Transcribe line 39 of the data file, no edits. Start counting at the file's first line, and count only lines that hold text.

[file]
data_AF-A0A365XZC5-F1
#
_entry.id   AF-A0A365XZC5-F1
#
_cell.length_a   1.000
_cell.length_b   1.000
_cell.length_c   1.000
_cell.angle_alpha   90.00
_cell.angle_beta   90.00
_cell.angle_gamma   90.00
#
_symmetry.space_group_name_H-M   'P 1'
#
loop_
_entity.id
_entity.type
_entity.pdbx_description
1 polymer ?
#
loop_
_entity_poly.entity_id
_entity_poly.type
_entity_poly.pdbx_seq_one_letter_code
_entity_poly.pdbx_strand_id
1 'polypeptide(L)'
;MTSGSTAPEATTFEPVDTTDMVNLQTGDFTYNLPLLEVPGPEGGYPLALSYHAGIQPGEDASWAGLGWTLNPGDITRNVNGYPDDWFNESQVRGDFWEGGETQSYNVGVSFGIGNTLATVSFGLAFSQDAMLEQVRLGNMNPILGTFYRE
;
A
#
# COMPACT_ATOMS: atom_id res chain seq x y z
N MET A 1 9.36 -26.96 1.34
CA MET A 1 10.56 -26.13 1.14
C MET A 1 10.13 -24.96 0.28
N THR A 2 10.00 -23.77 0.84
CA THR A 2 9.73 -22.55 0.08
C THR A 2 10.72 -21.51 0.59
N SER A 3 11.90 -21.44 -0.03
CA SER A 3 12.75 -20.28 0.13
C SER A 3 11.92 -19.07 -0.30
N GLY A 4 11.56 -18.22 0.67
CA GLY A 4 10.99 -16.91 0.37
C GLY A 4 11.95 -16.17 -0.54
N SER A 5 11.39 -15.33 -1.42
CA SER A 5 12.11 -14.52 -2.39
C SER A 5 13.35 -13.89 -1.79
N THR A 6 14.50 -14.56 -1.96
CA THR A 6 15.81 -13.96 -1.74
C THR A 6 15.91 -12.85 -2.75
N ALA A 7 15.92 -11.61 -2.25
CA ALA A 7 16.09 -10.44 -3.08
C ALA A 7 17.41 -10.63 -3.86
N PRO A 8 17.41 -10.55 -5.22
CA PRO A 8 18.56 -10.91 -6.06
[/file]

C SER A 3 11.92 -19.07 -0.30